Parasites help reveal new ecological rules

Jul 21, 2011
This parasitic isopod, which is related to rolley pollies, is one of the larger parasites encountered by the researchers in the estuaries. The isopod is almost one centimeter long, and was found infecting a crab, which it had "parasitically castrated," completely blocking the host's reproduction. Credit: Ryan Hechinger

Scientists at UC Santa Barbara and other institutions say their new research is expected to profoundly affect the field of ecology and can assist the management of ecosystems, including forests, lakes, and oceans. And it's all because of parasites.

The research, published this week in the journal Science, includes in a comprehensive study of ecosystems. By doing so, the scientists say they have revealed new ecological rules.

"The major finding of our research is that all types of animals –– parasites or otherwise –– appear to follow exactly the same for how common they are," said Ryan Hechinger, lead author and associate research biologist with the Marine Science Institute at UCSB.

"This includes birds, fishes, insects, crabs, clams, and all the parasites that live inside and on them," said Hechinger. "They all seem to follow the same rule. And the rule is simple. You can predict how common an animal is just by knowing how big an individual is and how high in the food chain it is."

Hechinger explained that body size is important because it determines how much food an animal needs. A given amount of food supports fewer big animals than small animals because each big animal needs more food. The food chain is important because the higher an animal is in the food chain, the less food there is and, therefore, the less common that species is.

According to the scientists, they did something no one has previously done: They went into an ecosystem and paid attention to parasites, treating them as equal players with other animals. "We realized that despite being small, parasites feed high up the food chain and might break the rule that smaller animals are more common," said co-author Kevin Lafferty, ecologist with the U.S. Geological Survey at UCSB.

The data were collected at three estuaries in Southern California and Baja California. The researchers counted and weighed parasites and other animals before documenting that parasites were indeed less common than other small animals.

This conceptual figure indicates how body size and the food chain jointly influence the abundance and production of animal populations. At any particular food chain height (trophic level), bigger animals are less common than smaller animals, and the amount of biomass produced by an animal population per year does not depend on body size. But, the loss of resources among trophic levels (indicated by trophic transfer efficiency) causes both big and small animals to be less common and less productive the higher up the food chain one goes. Credit: Ryan Hechinger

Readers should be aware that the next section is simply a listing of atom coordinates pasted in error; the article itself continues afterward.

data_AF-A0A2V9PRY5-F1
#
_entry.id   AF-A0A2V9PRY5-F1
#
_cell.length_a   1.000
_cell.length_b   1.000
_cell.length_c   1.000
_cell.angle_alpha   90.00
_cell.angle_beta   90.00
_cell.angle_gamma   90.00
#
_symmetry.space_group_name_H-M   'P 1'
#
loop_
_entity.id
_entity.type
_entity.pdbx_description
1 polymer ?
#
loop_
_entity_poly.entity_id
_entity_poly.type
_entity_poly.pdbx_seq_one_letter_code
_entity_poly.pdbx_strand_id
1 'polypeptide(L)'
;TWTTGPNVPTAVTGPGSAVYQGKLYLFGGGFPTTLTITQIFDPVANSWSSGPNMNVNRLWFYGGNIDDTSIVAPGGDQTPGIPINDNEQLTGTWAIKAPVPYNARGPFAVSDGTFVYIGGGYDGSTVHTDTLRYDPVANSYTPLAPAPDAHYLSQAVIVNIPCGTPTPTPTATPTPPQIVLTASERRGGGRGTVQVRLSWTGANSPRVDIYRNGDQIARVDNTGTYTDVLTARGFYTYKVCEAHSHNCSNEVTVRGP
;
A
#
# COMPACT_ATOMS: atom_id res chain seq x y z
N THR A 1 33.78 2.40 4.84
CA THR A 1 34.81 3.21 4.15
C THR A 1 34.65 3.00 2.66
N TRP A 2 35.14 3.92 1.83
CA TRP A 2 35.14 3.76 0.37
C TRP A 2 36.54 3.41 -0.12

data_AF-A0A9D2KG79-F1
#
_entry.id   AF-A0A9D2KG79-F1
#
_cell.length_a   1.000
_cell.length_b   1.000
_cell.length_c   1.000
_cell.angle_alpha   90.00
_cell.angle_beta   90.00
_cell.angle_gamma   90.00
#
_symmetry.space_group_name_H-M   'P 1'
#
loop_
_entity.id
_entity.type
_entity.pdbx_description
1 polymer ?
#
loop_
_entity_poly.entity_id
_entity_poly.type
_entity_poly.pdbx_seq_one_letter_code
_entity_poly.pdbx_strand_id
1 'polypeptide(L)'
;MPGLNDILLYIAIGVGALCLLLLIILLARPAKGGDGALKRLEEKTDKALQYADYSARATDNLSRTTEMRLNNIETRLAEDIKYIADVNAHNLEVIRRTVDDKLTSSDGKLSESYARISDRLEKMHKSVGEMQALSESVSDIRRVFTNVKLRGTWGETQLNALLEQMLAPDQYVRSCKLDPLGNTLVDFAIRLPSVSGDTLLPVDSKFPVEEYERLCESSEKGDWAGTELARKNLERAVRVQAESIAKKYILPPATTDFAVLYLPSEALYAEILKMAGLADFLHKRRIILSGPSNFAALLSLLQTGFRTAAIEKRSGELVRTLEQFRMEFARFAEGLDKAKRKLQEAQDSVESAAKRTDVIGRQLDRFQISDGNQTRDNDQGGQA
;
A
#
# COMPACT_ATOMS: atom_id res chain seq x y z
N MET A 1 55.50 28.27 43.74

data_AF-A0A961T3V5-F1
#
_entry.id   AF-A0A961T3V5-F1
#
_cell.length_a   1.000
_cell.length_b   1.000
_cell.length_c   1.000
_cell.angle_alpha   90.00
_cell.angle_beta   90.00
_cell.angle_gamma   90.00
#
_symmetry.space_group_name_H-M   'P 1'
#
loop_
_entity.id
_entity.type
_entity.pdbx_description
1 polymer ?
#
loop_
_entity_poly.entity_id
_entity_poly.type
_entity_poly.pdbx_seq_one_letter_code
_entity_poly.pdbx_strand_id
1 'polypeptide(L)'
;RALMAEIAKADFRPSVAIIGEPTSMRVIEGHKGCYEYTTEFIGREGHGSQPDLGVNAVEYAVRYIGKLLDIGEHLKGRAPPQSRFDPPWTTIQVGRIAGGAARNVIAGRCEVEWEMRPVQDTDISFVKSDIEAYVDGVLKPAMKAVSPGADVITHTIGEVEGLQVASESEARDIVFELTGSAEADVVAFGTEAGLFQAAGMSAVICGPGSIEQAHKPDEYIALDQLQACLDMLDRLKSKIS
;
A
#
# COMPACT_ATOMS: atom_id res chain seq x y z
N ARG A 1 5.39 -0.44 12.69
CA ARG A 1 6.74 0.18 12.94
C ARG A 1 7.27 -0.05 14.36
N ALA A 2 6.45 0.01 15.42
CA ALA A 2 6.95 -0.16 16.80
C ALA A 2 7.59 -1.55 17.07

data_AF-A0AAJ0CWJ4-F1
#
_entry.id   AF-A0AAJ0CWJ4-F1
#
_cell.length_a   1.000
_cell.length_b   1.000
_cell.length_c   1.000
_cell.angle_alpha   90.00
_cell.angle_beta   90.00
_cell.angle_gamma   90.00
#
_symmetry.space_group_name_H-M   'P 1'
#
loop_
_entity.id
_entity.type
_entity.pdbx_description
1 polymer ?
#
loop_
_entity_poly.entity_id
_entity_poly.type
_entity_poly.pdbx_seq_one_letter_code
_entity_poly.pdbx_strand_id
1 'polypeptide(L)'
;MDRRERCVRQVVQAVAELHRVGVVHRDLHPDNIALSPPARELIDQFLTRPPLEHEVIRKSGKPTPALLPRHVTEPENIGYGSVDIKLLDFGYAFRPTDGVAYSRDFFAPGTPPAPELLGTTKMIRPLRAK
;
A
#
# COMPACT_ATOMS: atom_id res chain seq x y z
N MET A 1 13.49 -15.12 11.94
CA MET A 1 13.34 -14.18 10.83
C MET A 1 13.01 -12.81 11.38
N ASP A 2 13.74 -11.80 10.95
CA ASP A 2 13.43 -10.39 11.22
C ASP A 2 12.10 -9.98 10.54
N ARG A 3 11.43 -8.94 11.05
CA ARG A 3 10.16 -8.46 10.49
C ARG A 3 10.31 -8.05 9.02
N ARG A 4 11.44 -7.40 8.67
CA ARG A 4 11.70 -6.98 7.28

"Paying attention to parasites was central to the study," said co-author Armand Kuris, professor of zoology at UCSB. "Parasites are at least half of all biodiversity. And they are different in some very basic ways than other life forms. However, ecological science usually ignores them. How can we possibly understand how life works if we don't look at half of the species –– the parasites?

"Considering parasites helped us find the right theory, see the true patterns in nature, and better test the theory," Kuris said. "In addition to body size, the general rule for animal abundance must factor in the and let both small and large animals be top consumers."

The scientists also discovered a second general rule: that the amount of biomass produced by a population does not depend on the body size of the in the population, or on what type of animal –– bird, fish, crab, or parasite.

"If this rule is general, it means an aphid population can produce the same amount of biomass as a deer population," said Lafferty. "Furthermore, tapeworms that feed on the deer population produce less biomass than the deer, but can produce the same as a mountain lion population that also feeds on the deer."

"Predicting animal abundance is one of the most basic and useful things ecological science can provide for management and basic research," said Hechinger. "This simple rule helps with that because it may apply to all life forms and can easily be applied to complex ecosystems in the real world."

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Donutz
not rated yet Jul 21, 2011
Every time I open an article involving parasites, I regret it. Bleah!
Shelgeyr
not rated yet Jul 21, 2011
Do they mean the "actually new" kind of new, or the "new to us" kind of new?

You can predict how common an animal is just by knowing how big an individual is and how high in the food chain it is."


Well, that's a relief! I've been saying "To hell with the Delta Smelt" for years! Now seriously, let's open those gates, turn on the pumps, and let those Californian farms have the water they need!
antonima
not rated yet Jul 22, 2011
Very intriguing article. I like how analytical these researchers get with the ecology. I feel one day this will be reduced to extensive mathematics. Get regular biology first, then you can get social biology, and then it may be possible to influence all sorts of things with the new math..


Well, that's a relief! I've been saying "To hell with the Delta Smelt" for years!


LOL thats what I say when I can't prove the derivative !!!!